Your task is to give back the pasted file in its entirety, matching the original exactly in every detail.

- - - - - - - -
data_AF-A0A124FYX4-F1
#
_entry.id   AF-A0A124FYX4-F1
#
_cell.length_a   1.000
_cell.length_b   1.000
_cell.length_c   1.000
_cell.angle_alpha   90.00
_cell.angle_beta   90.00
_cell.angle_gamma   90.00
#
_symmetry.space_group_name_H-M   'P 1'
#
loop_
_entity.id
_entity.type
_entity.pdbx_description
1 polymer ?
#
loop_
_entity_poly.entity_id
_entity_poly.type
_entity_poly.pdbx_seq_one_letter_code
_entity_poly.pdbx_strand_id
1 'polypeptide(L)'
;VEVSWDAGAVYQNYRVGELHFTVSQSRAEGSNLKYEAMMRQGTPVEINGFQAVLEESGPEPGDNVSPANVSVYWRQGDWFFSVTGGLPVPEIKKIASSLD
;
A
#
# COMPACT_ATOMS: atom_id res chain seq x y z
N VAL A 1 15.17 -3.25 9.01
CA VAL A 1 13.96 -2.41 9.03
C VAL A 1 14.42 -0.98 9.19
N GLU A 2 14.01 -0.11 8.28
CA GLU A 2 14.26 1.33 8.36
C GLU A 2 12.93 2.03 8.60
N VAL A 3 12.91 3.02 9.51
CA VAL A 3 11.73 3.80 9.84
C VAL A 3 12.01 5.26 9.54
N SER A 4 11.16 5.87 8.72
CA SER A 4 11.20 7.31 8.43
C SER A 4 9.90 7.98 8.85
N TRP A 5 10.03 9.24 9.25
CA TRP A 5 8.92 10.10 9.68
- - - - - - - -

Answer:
data_AF-A0A124FYX4-F1
#
_entry.id   AF-A0A124FYX4-F1
#
_cell.length_a   1.000
_cell.length_b   1.000
_cell.length_c   1.000
_cell.angle_alpha   90.00
_cell.angle_beta   90.00
_cell.angle_gamma   90.00
#
_symmetry.space_group_name_H-M   'P 1'
#
loop_
_entity.id
_entity.type
_entity.pdbx_description
1 polymer ?
#
loop_
_entity_poly.entity_id
_entity_poly.type
_entity_poly.pdbx_seq_one_letter_code
_entity_poly.pdbx_strand_id
1 'polypeptide(L)'
;VEVSWDAGAVYQNYRVGELHFTVSQSRAEGSNLKYEAMMRQGTPVEINGFQAVLEESGPEPGDNVSPANVSVYWRQGDWFFSVTGGLPVPEIKKIASSLD
;
A
#
# COMPACT_ATOMS: atom_id res chain seq x y z
N VAL A 1 15.17 -3.25 9.01
CA VAL A 1 13.96 -2.41 9.03
C VAL A 1 14.42 -0.98 9.19
N GLU A 2 14.01 -0.11 8.28
CA GLU A 2 14.26 1.33 8.36
C GLU A 2 12.93 2.03 8.60
N VAL A 3 12.91 3.02 9.51
CA VAL A 3 11.73 3.80 9.84
C VAL A 3 12.01 5.26 9.54
N SER A 4 11.16 5.87 8.72
CA SER A 4 11.20 7.31 8.43
C SER A 4 9.90 7.98 8.85
N TRP A 5 10.03 9.24 9.25
CA TRP A 5 8.92 10.10 9.68